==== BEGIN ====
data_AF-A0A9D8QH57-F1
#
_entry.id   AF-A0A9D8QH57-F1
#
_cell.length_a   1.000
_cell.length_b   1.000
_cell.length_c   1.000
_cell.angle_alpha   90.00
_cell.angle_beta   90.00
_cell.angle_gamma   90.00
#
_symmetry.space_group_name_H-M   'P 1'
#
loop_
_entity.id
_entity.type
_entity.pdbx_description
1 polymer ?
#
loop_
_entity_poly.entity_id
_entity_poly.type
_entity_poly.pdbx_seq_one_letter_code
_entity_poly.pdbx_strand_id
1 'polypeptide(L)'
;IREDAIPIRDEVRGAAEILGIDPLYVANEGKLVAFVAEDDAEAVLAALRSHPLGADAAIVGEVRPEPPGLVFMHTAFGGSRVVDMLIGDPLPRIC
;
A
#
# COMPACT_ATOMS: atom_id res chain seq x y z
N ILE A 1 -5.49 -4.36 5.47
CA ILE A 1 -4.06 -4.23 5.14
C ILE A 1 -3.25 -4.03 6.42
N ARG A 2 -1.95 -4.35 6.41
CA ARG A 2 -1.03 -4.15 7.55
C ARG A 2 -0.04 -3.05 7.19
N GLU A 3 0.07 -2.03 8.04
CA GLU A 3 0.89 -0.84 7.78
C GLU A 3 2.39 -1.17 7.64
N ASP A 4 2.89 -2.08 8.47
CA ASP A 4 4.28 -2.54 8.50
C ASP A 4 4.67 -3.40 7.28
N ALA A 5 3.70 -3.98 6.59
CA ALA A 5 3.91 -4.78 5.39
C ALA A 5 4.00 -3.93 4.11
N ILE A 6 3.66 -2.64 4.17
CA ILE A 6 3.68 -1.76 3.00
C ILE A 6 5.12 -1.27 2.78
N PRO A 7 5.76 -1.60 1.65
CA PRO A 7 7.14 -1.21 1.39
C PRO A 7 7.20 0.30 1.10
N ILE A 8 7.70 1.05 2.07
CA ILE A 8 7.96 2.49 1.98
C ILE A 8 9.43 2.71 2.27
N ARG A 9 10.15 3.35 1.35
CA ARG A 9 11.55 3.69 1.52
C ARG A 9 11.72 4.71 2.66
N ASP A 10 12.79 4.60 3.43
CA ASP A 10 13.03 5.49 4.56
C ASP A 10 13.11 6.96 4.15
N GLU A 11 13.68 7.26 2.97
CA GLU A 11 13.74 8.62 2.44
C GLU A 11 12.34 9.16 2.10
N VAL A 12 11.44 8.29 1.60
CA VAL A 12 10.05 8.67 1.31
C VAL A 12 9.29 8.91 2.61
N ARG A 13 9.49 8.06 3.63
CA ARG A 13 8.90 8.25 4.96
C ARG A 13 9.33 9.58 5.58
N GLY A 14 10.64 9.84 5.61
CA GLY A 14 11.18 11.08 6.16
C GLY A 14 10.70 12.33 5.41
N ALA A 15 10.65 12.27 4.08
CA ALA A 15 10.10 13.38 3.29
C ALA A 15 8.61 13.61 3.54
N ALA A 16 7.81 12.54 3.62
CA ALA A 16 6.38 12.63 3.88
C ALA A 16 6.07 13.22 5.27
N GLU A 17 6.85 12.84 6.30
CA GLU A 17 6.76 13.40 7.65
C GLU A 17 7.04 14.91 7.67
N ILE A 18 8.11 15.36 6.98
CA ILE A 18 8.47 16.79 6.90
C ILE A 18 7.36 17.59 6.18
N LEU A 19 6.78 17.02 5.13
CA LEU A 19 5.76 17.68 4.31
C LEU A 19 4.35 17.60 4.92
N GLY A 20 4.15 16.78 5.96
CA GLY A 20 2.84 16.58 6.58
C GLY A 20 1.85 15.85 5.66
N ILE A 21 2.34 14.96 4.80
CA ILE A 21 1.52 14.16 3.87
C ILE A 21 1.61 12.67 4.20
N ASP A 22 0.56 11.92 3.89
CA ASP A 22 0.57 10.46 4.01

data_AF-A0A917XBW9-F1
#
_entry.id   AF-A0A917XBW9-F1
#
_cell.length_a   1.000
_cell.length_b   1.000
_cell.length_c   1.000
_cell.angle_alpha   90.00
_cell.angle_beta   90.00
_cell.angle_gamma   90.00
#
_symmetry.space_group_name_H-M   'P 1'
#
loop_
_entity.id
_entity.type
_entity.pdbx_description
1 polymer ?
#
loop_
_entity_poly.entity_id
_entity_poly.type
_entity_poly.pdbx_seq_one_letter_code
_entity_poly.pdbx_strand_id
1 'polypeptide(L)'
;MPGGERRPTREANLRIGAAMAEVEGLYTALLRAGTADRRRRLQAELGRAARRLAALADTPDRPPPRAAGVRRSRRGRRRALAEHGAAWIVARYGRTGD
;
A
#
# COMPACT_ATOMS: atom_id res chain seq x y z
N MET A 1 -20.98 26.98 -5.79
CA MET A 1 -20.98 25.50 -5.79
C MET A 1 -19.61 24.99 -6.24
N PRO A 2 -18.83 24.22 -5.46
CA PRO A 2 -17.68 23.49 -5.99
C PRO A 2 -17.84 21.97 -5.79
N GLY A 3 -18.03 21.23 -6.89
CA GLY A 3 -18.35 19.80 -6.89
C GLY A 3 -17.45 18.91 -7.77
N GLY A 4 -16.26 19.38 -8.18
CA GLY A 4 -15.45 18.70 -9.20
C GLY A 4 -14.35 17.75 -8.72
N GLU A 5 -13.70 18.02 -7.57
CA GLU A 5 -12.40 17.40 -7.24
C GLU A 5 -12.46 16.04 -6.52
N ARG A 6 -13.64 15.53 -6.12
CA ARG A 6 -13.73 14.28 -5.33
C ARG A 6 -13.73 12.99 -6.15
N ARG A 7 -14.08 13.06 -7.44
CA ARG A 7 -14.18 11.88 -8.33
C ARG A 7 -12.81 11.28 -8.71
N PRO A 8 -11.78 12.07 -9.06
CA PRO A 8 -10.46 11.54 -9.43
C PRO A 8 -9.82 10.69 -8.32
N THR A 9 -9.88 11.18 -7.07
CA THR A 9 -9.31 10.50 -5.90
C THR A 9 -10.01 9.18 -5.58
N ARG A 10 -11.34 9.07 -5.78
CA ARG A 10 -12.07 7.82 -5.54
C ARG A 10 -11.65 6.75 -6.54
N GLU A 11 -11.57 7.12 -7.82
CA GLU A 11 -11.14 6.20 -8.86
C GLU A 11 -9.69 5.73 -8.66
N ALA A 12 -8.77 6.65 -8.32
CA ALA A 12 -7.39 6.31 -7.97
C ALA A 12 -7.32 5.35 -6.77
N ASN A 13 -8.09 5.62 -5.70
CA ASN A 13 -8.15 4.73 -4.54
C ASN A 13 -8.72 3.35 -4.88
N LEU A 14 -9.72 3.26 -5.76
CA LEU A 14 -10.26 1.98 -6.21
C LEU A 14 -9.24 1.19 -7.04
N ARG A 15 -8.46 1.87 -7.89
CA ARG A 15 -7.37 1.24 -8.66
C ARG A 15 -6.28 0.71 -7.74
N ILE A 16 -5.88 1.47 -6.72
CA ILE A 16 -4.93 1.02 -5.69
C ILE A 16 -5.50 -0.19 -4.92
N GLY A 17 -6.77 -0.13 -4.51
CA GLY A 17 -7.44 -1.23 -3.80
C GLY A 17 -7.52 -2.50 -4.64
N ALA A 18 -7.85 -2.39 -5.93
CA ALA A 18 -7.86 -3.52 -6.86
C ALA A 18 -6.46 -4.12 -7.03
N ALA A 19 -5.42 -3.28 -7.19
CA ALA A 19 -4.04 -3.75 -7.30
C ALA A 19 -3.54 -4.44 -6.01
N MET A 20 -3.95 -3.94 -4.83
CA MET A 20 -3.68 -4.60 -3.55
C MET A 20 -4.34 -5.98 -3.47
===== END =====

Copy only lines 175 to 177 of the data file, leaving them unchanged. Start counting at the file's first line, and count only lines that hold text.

CA GLY A 17 -7.44 -1.23 -3.80
C GLY A 17 -7.52 -2.50 -4.64
N ALA A 18 -7.85 -2.39 -5.93